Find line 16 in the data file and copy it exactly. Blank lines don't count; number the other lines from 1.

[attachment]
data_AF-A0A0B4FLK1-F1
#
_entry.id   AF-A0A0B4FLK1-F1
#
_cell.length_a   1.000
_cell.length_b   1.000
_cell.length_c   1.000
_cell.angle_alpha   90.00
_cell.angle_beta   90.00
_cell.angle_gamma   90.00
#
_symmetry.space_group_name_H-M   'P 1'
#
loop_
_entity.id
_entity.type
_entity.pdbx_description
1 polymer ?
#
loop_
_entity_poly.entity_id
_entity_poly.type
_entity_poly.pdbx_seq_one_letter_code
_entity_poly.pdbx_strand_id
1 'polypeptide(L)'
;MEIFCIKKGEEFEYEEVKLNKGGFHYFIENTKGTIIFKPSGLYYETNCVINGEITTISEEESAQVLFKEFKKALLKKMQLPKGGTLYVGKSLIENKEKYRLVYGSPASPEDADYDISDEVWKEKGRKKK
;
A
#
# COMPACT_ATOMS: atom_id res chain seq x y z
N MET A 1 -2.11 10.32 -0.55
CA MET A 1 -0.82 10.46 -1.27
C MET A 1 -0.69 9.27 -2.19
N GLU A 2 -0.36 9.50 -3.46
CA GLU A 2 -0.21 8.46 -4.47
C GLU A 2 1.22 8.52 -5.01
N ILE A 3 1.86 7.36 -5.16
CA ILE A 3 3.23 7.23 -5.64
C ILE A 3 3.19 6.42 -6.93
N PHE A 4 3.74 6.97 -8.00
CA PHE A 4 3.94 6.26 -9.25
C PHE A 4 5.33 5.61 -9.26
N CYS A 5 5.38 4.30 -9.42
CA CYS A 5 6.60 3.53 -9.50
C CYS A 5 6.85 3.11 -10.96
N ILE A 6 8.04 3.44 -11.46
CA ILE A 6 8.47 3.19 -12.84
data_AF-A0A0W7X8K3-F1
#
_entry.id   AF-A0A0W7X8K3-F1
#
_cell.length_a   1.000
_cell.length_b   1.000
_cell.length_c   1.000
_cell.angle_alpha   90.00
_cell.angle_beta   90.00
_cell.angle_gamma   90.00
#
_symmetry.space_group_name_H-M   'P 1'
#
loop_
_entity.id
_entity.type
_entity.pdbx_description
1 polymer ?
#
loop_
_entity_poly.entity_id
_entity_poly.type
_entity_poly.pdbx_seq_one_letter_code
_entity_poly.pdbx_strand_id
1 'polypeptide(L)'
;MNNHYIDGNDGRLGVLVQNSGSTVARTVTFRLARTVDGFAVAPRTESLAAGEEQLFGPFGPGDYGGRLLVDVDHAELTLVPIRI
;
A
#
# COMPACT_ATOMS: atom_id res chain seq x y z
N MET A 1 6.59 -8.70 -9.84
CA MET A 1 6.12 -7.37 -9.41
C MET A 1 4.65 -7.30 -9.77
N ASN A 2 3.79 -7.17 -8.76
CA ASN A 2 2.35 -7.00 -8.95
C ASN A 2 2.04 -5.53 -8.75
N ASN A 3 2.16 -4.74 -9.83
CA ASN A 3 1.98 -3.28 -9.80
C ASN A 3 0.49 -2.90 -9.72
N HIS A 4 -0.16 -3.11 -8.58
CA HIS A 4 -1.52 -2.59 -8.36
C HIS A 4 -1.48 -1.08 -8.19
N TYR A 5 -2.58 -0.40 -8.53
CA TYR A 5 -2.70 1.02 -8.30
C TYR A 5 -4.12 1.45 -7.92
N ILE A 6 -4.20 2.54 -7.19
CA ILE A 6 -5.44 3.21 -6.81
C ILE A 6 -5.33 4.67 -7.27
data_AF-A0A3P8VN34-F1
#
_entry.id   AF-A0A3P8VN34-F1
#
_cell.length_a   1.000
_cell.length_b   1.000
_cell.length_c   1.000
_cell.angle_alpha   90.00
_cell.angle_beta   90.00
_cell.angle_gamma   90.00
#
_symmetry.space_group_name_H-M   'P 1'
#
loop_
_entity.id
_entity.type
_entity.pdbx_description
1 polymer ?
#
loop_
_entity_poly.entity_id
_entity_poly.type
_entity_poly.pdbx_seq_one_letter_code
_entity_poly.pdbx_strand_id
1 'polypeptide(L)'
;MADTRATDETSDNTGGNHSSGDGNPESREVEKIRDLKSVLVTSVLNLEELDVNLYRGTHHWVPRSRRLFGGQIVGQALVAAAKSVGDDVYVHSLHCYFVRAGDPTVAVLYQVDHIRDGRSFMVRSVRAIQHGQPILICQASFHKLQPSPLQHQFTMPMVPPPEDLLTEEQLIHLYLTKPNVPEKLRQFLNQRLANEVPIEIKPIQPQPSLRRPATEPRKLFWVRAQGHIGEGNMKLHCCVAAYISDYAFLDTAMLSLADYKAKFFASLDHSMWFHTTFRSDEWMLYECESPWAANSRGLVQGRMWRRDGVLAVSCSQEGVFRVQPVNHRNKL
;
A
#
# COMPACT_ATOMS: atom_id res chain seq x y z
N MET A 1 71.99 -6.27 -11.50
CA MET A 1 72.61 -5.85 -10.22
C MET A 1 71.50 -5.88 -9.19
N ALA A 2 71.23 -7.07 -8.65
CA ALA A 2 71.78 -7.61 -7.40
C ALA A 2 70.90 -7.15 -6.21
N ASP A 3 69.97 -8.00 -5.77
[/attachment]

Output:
_entity.type